Bidirectional link for anorexia nervosa, celiac disease
Karl Mårild, M.D., Ph.D., from the Norwegian Institute of Public Health in Oslo, and colleagues examined whether CD is associated with AN in a register-based cohort and case-control study. Data were included for 17,959 women with CD (diagnosed at a median age of 28 years) and 89,379 sex- and age-matched population-based controls.
The researchers found that 54 patients with CD were diagnosed with AN during 1,174,401 person-years of follow-up (27/100,000 person-years) compared with 180 matched controls (18/100,000 person-years). The hazard ratios for later AN and for AN beyond the first year after CD diagnosis were 1.46 (95 percent confidence interval, 1.08 to 1.98) and 1.31 (95 percent confidence interval, 0.95 to 1.81), respectively. There was also a correlation for previous AN diagnosis with CD (odds ratio, 2.18; 95 percent confidence interval, 1.45 to 3.29). After adjustment for socioeconomic characteristics and type 1 diabetes the estimates were largely unchanged.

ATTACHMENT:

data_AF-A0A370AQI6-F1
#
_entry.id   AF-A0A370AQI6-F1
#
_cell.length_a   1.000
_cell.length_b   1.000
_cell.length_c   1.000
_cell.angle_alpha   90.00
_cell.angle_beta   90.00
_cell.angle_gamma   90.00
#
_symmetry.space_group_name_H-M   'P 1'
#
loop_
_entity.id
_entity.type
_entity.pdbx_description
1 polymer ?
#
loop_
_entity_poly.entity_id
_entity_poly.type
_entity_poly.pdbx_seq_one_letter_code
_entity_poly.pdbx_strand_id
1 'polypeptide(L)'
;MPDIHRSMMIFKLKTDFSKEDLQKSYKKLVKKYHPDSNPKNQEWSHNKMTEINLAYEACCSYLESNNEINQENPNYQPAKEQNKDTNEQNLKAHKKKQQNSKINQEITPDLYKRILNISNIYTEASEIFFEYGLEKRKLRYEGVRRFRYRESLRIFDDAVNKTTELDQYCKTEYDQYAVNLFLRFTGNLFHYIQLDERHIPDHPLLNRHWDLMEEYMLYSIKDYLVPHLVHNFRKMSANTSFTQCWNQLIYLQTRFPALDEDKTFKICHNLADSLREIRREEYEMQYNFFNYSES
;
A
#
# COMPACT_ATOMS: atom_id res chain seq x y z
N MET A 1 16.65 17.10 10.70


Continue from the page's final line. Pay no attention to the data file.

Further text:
"The bidirectional association between AN diagnosis and CD warrants attention in the initial assessment and follow-up of these conditions because underdiagnosis and misdiagnosis of these disorders likely cause protracted and unnecessary morbidity," the authors write.
One author disclosed financial ties to Shire.
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